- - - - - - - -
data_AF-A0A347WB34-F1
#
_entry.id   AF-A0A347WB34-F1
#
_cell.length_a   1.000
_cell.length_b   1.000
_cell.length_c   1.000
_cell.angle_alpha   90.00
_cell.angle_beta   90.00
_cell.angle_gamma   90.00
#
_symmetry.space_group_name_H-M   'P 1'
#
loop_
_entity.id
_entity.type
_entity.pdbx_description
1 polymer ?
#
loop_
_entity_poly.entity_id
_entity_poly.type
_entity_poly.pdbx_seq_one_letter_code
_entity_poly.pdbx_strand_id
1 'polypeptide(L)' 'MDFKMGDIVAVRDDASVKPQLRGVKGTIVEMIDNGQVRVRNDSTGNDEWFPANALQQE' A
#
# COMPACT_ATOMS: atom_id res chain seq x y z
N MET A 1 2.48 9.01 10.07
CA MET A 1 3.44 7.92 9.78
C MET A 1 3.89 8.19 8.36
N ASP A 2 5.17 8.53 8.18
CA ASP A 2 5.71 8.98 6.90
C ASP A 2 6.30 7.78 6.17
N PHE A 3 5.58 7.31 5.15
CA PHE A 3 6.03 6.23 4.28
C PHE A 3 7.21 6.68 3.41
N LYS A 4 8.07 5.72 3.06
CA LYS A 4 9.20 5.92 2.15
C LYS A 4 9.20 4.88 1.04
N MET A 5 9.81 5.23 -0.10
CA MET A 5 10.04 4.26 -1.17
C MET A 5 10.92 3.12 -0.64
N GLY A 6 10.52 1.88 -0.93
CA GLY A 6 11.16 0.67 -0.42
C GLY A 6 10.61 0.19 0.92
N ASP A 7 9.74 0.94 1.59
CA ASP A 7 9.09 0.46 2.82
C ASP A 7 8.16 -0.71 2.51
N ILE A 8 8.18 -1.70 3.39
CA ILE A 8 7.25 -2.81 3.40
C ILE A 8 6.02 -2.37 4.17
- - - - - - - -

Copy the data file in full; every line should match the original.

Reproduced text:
data_AF-A0A347WB34-F1
#
_entry.id   AF-A0A347WB34-F1
#
_cell.length_a   1.000
_cell.length_b   1.000
_cell.length_c   1.000
_cell.angle_alpha   90.00
_cell.angle_beta   90.00
_cell.angle_gamma   90.00
#
_symmetry.space_group_name_H-M   'P 1'
#
loop_
_entity.id
_entity.type
_entity.pdbx_description
1 polymer ?
#
loop_
_entity_poly.entity_id
_entity_poly.type
_entity_poly.pdbx_seq_one_letter_code
_entity_poly.pdbx_strand_id
1 'polypeptide(L)' 'MDFKMGDIVAVRDDASVKPQLRGVKGTIVEMIDNGQVRVRNDSTGNDEWFPANALQQE' A
#
# COMPACT_ATOMS: atom_id res chain seq x y z
N MET A 1 2.48 9.01 10.07
CA MET A 1 3.44 7.92 9.78
C MET A 1 3.89 8.19 8.36
N ASP A 2 5.17 8.53 8.18
CA ASP A 2 5.71 8.98 6.90
C ASP A 2 6.30 7.78 6.17
N PHE A 3 5.58 7.31 5.15
CA PHE A 3 6.03 6.23 4.28
C PHE A 3 7.21 6.68 3.41
N LYS A 4 8.07 5.72 3.06
CA LYS A 4 9.20 5.92 2.15
C LYS A 4 9.20 4.88 1.04
N MET A 5 9.81 5.23 -0.10
CA MET A 5 10.04 4.26 -1.17
C MET A 5 10.92 3.12 -0.64
N GLY A 6 10.52 1.88 -0.93
CA GLY A 6 11.16 0.67 -0.42
C GLY A 6 10.61 0.19 0.92
N ASP A 7 9.74 0.94 1.59
CA ASP A 7 9.09 0.46 2.82
C ASP A 7 8.16 -0.71 2.51
N ILE A 8 8.18 -1.70 3.39
CA ILE A 8 7.25 -2.81 3.40
C ILE A 8 6.02 -2.37 4.17